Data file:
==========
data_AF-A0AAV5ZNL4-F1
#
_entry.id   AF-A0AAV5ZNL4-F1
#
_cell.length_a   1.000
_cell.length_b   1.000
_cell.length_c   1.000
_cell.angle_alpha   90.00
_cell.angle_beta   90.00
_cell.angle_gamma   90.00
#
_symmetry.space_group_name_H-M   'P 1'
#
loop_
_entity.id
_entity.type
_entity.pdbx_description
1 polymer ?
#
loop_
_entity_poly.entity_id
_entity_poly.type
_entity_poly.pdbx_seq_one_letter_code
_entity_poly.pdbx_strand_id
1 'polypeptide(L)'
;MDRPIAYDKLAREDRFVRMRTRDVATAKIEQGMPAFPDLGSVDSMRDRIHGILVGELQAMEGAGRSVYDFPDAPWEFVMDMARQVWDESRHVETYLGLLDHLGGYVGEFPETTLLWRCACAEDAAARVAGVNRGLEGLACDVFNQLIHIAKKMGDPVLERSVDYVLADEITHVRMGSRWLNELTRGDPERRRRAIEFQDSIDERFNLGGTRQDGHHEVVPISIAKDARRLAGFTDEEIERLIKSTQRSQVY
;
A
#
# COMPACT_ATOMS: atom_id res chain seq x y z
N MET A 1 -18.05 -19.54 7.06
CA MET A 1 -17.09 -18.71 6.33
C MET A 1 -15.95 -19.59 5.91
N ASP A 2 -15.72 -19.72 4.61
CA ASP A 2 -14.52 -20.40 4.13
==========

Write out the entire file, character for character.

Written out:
data_AF-A0AAV5ZNL4-F1
#
_entry.id   AF-A0AAV5ZNL4-F1
#
_cell.length_a   1.000
_cell.length_b   1.000
_cell.length_c   1.000
_cell.angle_alpha   90.00
_cell.angle_beta   90.00
_cell.angle_gamma   90.00
#
_symmetry.space_group_name_H-M   'P 1'
#
loop_
_entity.id
_entity.type
_entity.pdbx_description
1 polymer ?
#
loop_
_entity_poly.entity_id
_entity_poly.type
_entity_poly.pdbx_seq_one_letter_code
_entity_poly.pdbx_strand_id
1 'polypeptide(L)'
;MDRPIAYDKLAREDRFVRMRTRDVATAKIEQGMPAFPDLGSVDSMRDRIHGILVGELQAMEGAGRSVYDFPDAPWEFVMDMARQVWDESRHVETYLGLLDHLGGYVGEFPETTLLWRCACAEDAAARVAGVNRGLEGLACDVFNQLIHIAKKMGDPVLERSVDYVLADEITHVRMGSRWLNELTRGDPERRRRAIEFQDSIDERFNLGGTRQDGHHEVVPISIAKDARRLAGFTDEEIERLIKSTQRSQVY
;
A
#
# COMPACT_ATOMS: atom_id res chain seq x y z
N MET A 1 -18.05 -19.54 7.06
CA MET A 1 -17.09 -18.71 6.33
C MET A 1 -15.95 -19.59 5.91
N ASP A 2 -15.72 -19.72 4.61
CA ASP A 2 -14.52 -20.40 4.13